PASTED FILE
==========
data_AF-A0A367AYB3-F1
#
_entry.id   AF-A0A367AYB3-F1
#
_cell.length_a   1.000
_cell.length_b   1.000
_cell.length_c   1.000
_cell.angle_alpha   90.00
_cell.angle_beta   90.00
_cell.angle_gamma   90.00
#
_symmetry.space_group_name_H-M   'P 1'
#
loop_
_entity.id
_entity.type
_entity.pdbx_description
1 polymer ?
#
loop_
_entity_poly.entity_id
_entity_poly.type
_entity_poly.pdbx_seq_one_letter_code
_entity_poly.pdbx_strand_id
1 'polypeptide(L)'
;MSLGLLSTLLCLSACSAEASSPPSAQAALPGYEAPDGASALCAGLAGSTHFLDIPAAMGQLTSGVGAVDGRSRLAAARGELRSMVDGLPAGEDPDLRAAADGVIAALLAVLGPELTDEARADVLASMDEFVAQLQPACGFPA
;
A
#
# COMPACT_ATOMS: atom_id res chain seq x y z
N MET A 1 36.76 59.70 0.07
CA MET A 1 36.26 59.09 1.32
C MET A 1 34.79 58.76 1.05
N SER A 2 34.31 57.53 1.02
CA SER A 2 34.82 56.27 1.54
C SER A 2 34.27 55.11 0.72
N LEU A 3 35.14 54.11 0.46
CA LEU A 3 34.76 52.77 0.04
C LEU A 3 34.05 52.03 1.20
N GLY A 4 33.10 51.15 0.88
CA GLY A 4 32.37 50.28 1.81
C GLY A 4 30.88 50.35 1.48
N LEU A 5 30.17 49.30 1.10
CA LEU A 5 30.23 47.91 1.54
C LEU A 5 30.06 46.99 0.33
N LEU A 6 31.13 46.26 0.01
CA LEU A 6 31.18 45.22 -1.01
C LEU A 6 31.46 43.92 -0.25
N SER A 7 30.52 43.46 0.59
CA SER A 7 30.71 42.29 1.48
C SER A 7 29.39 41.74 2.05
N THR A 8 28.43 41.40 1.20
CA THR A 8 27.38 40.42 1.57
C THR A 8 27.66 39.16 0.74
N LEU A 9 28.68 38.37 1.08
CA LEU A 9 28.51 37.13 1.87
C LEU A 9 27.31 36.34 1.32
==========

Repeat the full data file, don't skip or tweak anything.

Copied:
data_AF-A0A367AYB3-F1
#
_entry.id   AF-A0A367AYB3-F1
#
_cell.length_a   1.000
_cell.length_b   1.000
_cell.length_c   1.000
_cell.angle_alpha   90.00
_cell.angle_beta   90.00
_cell.angle_gamma   90.00
#
_symmetry.space_group_name_H-M   'P 1'
#
loop_
_entity.id
_entity.type
_entity.pdbx_description
1 polymer ?
#
loop_
_entity_poly.entity_id
_entity_poly.type
_entity_poly.pdbx_seq_one_letter_code
_entity_poly.pdbx_strand_id
1 'polypeptide(L)'
;MSLGLLSTLLCLSACSAEASSPPSAQAALPGYEAPDGASALCAGLAGSTHFLDIPAAMGQLTSGVGAVDGRSRLAAARGELRSMVDGLPAGEDPDLRAAADGVIAALLAVLGPELTDEARADVLASMDEFVAQLQPACGFPA
;
A
#
# COMPACT_ATOMS: atom_id res chain seq x y z
N MET A 1 36.76 59.70 0.07
CA MET A 1 36.26 59.09 1.32
C MET A 1 34.79 58.76 1.05
N SER A 2 34.31 57.53 1.02
CA SER A 2 34.82 56.27 1.54
C SER A 2 34.27 55.11 0.72
N LEU A 3 35.14 54.11 0.46
CA LEU A 3 34.76 52.77 0.04
C LEU A 3 34.05 52.03 1.20
N GLY A 4 33.10 51.15 0.88
CA GLY A 4 32.37 50.28 1.81
C GLY A 4 30.88 50.35 1.48
N LEU A 5 30.17 49.30 1.10
CA LEU A 5 30.23 47.91 1.54
C LEU A 5 30.06 46.99 0.33
N LEU A 6 31.13 46.26 0.01
CA LEU A 6 31.18 45.22 -1.01
C LEU A 6 31.46 43.92 -0.25
N SER A 7 30.52 43.46 0.59
CA SER A 7 30.71 42.29 1.48
C SER A 7 29.39 41.74 2.05
N THR A 8 28.43 41.40 1.20
CA THR A 8 27.38 40.42 1.57
C THR A 8 27.66 39.16 0.74
N LEU A 9 28.68 38.37 1.08
CA LEU A 9 28.51 37.13 1.87
C LEU A 9 27.31 36.34 1.32